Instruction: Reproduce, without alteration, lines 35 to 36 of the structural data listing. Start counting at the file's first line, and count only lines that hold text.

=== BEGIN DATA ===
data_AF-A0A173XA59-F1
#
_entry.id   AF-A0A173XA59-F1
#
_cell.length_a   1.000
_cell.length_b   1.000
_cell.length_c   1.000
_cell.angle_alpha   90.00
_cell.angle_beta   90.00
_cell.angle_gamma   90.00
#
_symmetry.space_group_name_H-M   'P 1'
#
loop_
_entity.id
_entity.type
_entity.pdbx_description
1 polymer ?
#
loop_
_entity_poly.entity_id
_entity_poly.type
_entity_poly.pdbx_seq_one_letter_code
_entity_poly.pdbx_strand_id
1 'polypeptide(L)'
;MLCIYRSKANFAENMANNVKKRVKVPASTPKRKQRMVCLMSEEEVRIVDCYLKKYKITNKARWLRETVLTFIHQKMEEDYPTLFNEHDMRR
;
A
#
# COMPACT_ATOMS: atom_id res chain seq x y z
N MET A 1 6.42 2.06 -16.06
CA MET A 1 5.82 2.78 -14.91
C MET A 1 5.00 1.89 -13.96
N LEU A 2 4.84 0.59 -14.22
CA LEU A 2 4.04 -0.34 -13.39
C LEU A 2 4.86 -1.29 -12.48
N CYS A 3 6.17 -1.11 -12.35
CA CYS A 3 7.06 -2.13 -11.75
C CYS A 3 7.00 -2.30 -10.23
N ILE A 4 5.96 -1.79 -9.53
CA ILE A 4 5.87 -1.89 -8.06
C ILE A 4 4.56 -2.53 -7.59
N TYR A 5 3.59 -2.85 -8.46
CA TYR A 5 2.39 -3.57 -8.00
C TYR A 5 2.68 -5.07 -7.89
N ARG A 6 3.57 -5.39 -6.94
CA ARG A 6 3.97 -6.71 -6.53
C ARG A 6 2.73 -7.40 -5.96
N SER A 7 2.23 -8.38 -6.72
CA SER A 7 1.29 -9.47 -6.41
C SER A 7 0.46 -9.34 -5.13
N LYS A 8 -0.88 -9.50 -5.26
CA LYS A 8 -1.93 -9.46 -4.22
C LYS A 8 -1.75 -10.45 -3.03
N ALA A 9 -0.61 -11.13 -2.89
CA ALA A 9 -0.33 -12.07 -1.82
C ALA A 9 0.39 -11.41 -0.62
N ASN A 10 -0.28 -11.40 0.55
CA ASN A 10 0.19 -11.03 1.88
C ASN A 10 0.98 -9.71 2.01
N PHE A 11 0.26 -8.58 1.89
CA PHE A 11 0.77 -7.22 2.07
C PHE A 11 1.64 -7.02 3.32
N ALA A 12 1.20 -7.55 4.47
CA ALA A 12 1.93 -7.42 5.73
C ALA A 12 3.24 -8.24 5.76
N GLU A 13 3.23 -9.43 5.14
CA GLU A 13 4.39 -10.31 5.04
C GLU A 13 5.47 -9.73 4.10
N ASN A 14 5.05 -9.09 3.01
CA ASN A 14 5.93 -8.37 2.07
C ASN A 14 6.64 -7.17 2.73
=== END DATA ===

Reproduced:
CA LEU A 2 4.04 -0.34 -13.39
C LEU A 2 4.86 -1.29 -12.48